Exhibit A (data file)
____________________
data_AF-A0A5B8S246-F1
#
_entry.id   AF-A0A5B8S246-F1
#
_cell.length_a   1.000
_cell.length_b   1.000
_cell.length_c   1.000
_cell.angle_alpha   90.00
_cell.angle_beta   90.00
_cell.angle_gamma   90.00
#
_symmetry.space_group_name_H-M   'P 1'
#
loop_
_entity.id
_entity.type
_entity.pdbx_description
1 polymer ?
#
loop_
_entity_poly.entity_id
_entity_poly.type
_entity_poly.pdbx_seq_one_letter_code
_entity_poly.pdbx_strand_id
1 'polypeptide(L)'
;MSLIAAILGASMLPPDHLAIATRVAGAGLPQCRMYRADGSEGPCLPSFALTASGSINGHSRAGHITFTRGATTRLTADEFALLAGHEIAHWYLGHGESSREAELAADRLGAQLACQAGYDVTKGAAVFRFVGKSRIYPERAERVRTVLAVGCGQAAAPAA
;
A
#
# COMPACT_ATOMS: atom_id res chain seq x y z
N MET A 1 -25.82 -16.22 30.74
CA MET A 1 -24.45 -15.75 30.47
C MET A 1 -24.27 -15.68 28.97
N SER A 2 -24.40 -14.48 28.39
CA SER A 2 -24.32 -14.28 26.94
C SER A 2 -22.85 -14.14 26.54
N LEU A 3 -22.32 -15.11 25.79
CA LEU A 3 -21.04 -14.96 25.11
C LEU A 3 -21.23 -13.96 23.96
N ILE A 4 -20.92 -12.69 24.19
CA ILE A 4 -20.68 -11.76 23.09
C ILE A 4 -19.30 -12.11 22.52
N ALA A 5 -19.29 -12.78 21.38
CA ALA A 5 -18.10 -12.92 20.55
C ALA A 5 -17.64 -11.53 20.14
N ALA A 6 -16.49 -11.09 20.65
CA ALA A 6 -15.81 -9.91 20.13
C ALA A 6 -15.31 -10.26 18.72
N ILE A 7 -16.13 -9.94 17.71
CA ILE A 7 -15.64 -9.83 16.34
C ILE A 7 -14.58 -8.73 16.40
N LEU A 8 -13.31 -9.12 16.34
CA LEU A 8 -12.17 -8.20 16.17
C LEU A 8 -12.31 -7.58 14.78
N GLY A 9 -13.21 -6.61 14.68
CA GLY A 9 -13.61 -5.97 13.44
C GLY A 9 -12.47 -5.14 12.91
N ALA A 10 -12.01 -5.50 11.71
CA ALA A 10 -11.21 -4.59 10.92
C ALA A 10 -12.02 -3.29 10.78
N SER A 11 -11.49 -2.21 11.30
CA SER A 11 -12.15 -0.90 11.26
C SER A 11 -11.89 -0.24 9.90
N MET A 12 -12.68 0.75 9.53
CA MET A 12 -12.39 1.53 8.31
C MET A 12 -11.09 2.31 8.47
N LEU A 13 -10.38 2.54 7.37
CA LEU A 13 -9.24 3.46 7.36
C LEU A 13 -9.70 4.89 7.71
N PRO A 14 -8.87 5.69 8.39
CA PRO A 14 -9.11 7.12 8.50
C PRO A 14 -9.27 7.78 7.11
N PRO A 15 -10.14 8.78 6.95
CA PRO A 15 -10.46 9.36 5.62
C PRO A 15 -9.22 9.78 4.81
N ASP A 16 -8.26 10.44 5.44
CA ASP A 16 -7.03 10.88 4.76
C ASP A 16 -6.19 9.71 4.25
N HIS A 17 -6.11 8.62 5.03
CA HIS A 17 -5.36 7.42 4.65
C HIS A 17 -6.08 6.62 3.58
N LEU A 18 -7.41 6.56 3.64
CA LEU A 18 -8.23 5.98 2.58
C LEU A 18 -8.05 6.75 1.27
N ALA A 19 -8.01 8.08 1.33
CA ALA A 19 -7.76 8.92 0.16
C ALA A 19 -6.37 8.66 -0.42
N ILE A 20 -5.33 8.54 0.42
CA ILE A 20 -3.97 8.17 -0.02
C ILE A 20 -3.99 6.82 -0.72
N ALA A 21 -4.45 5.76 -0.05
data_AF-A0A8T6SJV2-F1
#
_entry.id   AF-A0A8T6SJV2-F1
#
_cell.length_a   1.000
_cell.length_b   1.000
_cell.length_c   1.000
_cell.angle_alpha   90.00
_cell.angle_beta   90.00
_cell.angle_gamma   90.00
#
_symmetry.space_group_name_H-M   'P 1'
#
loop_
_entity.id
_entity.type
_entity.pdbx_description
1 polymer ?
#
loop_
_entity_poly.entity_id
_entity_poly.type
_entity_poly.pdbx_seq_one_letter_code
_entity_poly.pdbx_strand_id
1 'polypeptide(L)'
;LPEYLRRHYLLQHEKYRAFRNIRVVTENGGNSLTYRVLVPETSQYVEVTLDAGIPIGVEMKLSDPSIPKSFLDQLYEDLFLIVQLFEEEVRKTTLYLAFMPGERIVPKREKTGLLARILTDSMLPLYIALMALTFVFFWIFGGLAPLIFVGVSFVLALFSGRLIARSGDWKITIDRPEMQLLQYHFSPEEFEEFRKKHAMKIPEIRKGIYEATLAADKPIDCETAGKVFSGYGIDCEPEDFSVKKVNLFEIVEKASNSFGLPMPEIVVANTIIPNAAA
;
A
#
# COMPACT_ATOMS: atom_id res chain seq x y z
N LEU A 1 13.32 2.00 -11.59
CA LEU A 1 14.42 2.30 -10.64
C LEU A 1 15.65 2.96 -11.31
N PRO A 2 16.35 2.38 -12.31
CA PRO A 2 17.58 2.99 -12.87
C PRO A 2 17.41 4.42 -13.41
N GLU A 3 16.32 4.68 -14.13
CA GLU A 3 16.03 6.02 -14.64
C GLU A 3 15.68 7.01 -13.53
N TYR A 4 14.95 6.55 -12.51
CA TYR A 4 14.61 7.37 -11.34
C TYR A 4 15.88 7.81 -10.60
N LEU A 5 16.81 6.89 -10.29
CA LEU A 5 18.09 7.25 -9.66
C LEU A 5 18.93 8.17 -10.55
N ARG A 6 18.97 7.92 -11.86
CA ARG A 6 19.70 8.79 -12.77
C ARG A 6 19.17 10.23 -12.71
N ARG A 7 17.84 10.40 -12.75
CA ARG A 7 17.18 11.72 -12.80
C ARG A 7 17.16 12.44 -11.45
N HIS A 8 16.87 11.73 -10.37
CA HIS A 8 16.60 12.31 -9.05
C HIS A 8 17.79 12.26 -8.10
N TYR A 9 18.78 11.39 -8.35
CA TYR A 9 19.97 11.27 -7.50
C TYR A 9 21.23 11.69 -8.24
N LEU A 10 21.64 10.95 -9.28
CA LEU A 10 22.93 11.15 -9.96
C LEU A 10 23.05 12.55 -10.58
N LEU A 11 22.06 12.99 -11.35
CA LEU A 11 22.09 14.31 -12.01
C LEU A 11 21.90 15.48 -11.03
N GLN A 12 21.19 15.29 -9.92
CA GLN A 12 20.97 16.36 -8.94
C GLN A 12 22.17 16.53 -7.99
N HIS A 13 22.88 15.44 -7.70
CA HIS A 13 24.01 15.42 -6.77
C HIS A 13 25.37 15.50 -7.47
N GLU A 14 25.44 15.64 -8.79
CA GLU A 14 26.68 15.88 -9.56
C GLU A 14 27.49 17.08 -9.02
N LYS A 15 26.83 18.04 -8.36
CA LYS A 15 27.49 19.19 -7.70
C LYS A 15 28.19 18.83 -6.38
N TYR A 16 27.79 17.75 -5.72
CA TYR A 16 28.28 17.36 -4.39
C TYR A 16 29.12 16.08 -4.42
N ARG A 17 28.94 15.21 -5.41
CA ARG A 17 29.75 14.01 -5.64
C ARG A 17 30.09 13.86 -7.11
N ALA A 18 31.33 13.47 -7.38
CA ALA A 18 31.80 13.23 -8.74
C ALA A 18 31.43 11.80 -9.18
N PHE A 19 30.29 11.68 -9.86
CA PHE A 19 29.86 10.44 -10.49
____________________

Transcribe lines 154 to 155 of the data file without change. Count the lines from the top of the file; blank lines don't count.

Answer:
C LEU A 11 21.90 15.48 -11.03
N GLN A 12 21.19 15.29 -9.92